U.K. Interest Rates Cut To Historic Low In Wake Of Brexit

Mark Carney BOE
Governor of the Bank of England Mark Carney, London, England, June 16. The Bank of England governor recognises that free-market capitalism is unpopular. Dan Kitwood/Getty

The Bank of England cut interest rates to a new historic low of 0.25 percent from 0.5 percent today, to boost the economy after the Brexit vote.

This is the first cut to interest rates in the U.K. in seven years.

To offset the hit to banks' margins from the cut, the BoE has established a new Term Funding Scheme for banks that would provide up to £100 billion from central reserves, The Financial Times reported.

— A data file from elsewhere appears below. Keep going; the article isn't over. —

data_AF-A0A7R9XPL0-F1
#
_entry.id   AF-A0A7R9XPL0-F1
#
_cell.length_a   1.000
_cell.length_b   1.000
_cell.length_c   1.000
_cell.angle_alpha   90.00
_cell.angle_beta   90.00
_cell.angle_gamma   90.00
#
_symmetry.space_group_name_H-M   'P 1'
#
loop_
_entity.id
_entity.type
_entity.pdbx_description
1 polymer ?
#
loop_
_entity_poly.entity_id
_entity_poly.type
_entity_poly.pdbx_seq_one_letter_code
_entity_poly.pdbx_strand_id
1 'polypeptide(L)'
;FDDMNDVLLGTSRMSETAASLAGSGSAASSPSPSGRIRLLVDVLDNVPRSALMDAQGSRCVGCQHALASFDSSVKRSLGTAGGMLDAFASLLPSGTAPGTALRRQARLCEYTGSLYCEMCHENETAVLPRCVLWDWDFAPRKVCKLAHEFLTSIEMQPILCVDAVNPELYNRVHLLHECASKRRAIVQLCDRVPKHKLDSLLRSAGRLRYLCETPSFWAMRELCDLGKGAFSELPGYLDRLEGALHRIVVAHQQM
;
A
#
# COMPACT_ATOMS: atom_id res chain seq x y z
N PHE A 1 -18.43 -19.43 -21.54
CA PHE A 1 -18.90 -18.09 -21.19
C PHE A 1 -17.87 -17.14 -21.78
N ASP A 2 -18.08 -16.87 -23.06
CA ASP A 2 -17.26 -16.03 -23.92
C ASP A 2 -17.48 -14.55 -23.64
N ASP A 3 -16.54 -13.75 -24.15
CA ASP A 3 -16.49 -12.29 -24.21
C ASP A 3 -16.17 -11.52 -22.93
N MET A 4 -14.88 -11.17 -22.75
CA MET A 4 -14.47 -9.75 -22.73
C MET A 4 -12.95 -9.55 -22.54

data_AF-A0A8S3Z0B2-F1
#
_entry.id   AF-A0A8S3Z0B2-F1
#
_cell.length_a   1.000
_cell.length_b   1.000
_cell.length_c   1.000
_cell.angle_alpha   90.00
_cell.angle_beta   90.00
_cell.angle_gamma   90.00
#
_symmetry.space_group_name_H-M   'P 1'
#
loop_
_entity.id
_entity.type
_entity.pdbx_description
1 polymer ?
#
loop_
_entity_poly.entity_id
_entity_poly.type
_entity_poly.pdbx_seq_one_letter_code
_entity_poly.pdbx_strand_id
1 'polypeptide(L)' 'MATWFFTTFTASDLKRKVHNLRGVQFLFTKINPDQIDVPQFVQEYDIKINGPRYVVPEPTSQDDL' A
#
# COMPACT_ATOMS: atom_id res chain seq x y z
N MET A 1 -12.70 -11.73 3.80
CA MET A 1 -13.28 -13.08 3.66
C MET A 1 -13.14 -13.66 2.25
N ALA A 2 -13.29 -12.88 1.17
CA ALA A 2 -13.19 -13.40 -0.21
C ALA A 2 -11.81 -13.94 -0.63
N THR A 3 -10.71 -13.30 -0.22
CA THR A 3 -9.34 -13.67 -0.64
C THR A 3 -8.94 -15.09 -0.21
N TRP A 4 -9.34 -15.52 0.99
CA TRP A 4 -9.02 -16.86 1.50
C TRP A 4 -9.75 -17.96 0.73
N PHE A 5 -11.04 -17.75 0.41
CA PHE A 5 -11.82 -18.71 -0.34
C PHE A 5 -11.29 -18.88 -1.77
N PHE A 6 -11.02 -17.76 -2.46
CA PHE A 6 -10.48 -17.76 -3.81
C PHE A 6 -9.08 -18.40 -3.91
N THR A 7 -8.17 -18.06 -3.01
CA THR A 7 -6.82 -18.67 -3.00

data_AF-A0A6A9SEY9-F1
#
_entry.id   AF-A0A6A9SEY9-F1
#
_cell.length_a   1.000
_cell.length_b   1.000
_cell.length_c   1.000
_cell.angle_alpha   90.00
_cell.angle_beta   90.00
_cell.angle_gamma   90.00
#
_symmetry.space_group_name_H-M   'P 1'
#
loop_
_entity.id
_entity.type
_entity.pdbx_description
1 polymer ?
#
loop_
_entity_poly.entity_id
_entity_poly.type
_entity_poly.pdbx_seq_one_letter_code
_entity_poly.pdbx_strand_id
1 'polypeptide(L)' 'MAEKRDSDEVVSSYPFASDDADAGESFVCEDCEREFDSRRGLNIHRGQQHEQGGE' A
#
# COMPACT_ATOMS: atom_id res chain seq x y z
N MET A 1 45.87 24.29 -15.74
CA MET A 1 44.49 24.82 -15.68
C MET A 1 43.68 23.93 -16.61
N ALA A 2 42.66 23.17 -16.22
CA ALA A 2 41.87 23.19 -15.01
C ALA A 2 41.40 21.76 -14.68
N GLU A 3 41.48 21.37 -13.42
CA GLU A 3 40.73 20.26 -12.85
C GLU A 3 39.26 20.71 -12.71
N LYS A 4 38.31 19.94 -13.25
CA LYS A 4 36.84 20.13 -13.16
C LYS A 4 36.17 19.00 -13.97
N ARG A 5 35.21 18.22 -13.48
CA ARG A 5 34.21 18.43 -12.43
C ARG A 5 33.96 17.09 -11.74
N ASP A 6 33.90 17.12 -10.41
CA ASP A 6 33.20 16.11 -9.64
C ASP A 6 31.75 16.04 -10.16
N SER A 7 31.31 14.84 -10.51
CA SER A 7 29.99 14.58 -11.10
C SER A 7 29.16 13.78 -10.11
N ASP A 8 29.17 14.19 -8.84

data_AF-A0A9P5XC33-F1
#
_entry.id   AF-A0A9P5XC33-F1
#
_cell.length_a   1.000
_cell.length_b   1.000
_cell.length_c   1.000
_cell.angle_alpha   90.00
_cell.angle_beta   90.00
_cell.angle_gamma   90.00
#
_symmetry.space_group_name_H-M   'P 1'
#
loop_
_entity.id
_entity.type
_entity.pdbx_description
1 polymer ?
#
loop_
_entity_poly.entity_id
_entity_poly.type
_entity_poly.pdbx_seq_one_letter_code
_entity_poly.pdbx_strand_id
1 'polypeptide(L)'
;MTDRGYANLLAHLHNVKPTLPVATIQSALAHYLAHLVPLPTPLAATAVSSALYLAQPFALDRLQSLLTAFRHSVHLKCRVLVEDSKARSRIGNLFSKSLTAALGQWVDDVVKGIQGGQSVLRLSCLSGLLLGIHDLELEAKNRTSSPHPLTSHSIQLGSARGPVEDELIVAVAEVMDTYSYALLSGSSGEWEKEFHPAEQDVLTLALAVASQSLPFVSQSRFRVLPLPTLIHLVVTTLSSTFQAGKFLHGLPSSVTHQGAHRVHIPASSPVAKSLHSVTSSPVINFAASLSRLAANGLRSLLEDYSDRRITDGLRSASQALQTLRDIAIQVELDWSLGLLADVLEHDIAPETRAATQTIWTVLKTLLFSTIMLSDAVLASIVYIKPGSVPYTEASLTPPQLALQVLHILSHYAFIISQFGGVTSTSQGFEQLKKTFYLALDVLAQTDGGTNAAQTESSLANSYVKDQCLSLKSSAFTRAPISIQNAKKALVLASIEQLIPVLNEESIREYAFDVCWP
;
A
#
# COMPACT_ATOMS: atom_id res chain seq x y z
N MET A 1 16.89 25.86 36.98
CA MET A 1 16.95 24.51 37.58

Lent at close to base rate—providing certain lending requirements are met—the scheme is an attempt to ensure the interest rate cut is fully passed on to both households and businesses.

The central bank also launched a new £70 billion bond buying programme, which will incorporate both government and corporate bonds.

Over the next six months it will buy £60 billion of government bonds, financed by the central bank's reserves, taking the total stock of assets to £435 billion.

It will also purchase £10 billion of sterling denominated investment-grade corporate bonds, but only from firms that make a "material contribution" to the U.K. economy.

Unveiling the biggest downgrade to growth for over 20 years, the BoE said the outlook had "weakened markedly."